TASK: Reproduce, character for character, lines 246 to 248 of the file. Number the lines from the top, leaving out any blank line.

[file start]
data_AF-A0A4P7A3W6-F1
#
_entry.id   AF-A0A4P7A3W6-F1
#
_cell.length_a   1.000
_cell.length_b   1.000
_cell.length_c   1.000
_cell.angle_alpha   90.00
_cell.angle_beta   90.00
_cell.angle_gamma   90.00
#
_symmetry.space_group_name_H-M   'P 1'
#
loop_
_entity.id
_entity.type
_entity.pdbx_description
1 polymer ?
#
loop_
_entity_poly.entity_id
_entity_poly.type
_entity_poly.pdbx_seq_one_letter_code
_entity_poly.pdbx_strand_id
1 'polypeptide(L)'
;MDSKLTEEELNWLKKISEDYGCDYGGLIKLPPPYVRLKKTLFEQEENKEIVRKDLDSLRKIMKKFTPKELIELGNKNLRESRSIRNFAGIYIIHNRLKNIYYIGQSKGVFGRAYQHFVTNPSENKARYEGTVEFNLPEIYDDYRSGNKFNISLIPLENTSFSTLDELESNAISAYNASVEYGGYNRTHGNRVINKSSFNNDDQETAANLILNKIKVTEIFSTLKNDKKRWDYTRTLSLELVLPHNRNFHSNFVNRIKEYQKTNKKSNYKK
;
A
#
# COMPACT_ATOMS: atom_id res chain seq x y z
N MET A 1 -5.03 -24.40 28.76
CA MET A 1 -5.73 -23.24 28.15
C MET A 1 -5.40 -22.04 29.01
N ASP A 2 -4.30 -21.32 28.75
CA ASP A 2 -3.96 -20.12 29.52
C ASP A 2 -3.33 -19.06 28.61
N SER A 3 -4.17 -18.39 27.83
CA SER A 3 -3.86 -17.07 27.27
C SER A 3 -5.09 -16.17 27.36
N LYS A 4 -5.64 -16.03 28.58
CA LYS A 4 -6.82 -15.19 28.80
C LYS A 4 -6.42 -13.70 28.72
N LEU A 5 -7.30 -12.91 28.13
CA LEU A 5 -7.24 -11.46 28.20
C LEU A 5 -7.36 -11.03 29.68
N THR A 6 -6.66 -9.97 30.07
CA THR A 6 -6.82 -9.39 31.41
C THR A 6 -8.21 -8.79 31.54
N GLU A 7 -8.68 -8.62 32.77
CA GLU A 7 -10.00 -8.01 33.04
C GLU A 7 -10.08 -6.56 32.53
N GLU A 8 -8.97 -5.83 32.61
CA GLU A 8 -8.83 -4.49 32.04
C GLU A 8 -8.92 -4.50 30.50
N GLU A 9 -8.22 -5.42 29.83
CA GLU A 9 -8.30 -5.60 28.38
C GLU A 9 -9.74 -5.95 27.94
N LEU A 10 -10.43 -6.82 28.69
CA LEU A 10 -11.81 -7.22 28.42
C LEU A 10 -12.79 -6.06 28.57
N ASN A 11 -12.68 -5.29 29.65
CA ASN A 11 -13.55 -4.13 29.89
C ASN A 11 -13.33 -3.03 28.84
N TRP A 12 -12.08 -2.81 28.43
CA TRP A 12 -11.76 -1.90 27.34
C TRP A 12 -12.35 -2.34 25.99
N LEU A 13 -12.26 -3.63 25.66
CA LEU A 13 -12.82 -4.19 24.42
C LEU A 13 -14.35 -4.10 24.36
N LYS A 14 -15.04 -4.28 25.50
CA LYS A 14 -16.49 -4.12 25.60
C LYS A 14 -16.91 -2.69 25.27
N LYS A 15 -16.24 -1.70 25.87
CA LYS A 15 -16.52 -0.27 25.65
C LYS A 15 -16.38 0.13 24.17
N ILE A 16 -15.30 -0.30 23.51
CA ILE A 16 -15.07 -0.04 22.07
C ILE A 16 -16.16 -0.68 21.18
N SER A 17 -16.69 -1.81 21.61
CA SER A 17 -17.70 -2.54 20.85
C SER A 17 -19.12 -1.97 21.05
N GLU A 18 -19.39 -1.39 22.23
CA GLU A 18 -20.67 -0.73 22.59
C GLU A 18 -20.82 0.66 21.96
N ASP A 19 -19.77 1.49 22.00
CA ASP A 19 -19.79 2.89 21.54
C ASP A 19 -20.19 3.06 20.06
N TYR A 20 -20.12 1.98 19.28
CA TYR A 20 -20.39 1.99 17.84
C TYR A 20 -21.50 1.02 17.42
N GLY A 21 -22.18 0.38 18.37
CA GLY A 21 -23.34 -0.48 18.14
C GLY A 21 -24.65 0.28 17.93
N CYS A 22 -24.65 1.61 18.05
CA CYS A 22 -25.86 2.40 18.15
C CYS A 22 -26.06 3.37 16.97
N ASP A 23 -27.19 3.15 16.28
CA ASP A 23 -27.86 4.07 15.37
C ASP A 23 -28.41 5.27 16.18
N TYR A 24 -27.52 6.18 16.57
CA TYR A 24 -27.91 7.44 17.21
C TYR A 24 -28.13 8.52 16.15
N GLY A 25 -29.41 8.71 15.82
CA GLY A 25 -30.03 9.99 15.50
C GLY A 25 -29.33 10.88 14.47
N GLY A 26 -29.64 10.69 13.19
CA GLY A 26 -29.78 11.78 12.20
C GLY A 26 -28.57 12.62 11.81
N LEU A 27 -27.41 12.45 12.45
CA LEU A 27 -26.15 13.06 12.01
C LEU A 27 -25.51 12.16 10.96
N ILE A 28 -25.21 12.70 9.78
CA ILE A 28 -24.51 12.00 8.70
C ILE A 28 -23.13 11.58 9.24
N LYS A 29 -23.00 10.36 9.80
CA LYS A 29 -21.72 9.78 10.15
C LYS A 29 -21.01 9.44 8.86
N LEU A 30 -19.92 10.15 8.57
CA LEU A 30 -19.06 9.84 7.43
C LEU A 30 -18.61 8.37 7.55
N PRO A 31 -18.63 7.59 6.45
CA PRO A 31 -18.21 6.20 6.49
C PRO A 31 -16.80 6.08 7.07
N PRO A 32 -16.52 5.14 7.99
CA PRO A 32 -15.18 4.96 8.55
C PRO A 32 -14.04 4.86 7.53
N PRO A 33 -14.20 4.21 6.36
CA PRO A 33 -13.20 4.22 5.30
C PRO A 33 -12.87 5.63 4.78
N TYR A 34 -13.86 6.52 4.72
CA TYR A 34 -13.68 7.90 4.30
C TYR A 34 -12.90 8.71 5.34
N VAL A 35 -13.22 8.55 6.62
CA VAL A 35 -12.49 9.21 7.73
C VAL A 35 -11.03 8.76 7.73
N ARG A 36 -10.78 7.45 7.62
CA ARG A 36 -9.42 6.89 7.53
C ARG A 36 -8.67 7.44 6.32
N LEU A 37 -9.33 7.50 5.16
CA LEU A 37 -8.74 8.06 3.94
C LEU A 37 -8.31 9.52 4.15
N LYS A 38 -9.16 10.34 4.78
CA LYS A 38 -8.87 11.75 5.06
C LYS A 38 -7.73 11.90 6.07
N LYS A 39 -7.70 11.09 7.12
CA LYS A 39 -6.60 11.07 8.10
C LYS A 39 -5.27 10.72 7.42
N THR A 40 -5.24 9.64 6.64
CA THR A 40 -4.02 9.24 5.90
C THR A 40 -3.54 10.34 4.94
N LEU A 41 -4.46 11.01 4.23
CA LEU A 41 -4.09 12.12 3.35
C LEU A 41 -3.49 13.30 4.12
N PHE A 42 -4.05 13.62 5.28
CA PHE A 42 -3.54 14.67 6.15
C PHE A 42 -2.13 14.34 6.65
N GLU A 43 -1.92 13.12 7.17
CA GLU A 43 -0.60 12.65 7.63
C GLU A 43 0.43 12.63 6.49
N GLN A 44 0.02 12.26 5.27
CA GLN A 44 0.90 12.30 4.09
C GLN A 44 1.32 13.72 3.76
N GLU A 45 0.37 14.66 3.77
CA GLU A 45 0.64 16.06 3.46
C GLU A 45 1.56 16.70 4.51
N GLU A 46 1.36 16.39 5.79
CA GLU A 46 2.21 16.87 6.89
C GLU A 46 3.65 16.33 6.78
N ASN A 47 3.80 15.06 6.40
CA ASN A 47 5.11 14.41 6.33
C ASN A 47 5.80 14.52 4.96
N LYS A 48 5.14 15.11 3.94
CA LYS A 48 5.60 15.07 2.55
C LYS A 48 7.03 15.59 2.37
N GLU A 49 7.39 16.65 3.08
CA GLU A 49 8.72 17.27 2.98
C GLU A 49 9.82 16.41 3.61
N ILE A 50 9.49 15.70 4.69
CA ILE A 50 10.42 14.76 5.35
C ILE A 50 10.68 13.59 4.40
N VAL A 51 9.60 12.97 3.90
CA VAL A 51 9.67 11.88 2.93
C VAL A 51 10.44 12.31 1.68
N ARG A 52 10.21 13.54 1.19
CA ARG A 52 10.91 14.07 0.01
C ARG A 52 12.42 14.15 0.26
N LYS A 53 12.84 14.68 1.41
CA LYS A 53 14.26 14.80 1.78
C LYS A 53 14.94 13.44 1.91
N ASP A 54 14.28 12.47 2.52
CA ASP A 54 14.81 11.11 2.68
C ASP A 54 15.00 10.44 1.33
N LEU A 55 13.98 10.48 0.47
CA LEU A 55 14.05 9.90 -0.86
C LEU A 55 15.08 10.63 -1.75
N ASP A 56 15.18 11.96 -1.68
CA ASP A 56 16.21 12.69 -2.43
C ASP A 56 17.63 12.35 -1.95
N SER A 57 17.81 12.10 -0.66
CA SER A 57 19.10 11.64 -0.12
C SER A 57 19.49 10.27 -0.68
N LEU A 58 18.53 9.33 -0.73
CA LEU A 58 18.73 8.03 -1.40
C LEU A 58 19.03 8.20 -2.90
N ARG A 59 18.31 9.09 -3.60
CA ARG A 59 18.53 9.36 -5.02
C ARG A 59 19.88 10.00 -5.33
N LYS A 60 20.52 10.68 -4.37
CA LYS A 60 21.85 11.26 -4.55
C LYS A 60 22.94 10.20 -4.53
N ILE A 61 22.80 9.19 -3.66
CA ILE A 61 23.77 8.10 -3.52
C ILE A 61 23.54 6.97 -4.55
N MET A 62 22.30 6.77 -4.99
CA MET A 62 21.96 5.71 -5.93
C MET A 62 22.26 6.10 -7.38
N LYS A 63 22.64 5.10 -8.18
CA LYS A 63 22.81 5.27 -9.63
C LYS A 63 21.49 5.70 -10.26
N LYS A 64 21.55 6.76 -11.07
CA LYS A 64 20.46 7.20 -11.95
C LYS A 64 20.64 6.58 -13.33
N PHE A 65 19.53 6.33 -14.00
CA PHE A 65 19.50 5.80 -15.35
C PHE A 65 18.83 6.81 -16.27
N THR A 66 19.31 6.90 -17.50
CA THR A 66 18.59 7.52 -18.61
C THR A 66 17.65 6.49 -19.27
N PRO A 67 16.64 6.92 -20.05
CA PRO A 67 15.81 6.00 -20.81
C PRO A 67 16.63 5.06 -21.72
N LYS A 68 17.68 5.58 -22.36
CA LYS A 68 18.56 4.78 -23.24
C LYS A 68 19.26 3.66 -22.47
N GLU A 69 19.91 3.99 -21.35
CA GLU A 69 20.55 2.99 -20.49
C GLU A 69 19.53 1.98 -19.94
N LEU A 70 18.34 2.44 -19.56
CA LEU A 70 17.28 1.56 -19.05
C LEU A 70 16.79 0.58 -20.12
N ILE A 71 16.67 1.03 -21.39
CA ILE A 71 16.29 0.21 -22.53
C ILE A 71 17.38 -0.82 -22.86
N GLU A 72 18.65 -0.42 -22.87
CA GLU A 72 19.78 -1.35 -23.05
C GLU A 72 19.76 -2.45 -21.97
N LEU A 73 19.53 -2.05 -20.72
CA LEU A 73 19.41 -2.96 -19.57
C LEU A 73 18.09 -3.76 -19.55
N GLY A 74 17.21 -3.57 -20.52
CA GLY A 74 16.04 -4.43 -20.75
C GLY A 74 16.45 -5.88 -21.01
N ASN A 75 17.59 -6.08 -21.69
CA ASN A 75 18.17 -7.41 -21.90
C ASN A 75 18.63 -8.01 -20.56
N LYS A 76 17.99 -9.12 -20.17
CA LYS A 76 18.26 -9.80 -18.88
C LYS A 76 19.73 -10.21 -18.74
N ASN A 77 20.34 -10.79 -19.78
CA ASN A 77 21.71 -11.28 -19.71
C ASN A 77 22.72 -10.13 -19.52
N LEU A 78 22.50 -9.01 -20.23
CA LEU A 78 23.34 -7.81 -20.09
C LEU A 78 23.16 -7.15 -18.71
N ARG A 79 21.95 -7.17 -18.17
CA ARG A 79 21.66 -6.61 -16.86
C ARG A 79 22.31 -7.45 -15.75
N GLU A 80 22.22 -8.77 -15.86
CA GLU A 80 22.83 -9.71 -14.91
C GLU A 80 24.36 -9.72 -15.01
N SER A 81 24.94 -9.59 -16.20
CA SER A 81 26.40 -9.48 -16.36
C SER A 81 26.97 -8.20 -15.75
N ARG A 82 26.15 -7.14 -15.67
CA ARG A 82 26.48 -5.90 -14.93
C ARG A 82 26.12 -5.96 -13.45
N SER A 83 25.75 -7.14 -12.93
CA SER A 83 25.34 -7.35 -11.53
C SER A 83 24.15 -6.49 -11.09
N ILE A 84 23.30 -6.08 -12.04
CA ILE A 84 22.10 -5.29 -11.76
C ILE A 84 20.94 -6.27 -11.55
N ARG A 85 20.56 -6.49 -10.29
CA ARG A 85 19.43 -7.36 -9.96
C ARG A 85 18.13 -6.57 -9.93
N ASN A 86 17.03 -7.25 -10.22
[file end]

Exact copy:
C GLU A 72 19.76 -2.45 -21.97
N LEU A 73 19.53 -2.05 -20.72
CA LEU A 73 19.41 -2.96 -19.57